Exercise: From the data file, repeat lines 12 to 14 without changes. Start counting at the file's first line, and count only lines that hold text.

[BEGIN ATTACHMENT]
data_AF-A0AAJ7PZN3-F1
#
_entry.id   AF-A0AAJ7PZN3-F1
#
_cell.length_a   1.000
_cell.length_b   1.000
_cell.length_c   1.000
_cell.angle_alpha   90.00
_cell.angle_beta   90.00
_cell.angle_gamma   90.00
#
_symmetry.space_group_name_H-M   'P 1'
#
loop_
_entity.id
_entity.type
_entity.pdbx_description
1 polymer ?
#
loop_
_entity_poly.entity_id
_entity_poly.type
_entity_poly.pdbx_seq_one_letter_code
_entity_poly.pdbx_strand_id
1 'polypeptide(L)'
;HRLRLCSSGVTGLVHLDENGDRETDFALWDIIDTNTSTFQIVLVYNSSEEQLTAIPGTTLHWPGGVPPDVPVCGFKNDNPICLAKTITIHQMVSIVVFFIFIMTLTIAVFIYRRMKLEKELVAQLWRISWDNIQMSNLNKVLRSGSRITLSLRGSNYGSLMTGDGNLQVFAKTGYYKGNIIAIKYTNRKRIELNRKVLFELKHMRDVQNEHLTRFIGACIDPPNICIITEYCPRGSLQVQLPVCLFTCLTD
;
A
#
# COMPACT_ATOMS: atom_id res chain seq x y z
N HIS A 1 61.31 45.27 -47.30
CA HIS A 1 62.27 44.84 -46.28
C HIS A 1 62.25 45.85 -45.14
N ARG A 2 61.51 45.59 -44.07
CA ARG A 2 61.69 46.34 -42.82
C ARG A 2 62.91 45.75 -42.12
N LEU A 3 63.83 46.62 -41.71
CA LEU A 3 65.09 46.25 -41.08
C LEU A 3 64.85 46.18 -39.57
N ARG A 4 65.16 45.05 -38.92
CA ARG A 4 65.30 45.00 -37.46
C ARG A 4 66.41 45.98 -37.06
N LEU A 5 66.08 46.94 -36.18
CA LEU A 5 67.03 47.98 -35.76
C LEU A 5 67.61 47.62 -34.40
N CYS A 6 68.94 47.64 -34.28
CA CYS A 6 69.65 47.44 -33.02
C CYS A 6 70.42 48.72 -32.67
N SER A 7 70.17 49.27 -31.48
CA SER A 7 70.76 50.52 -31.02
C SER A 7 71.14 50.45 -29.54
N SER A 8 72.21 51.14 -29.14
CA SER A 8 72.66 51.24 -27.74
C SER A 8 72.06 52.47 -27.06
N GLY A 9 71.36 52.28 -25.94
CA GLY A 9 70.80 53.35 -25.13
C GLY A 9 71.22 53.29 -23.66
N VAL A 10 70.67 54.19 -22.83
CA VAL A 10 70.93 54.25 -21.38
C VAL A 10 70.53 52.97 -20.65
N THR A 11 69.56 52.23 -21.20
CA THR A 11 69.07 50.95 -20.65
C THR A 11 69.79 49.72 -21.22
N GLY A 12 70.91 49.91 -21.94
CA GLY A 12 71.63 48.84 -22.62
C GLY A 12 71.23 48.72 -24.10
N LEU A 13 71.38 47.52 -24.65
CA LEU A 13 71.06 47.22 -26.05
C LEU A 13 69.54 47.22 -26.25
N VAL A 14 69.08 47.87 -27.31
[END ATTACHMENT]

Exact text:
_symmetry.space_group_name_H-M   'P 1'
#
loop_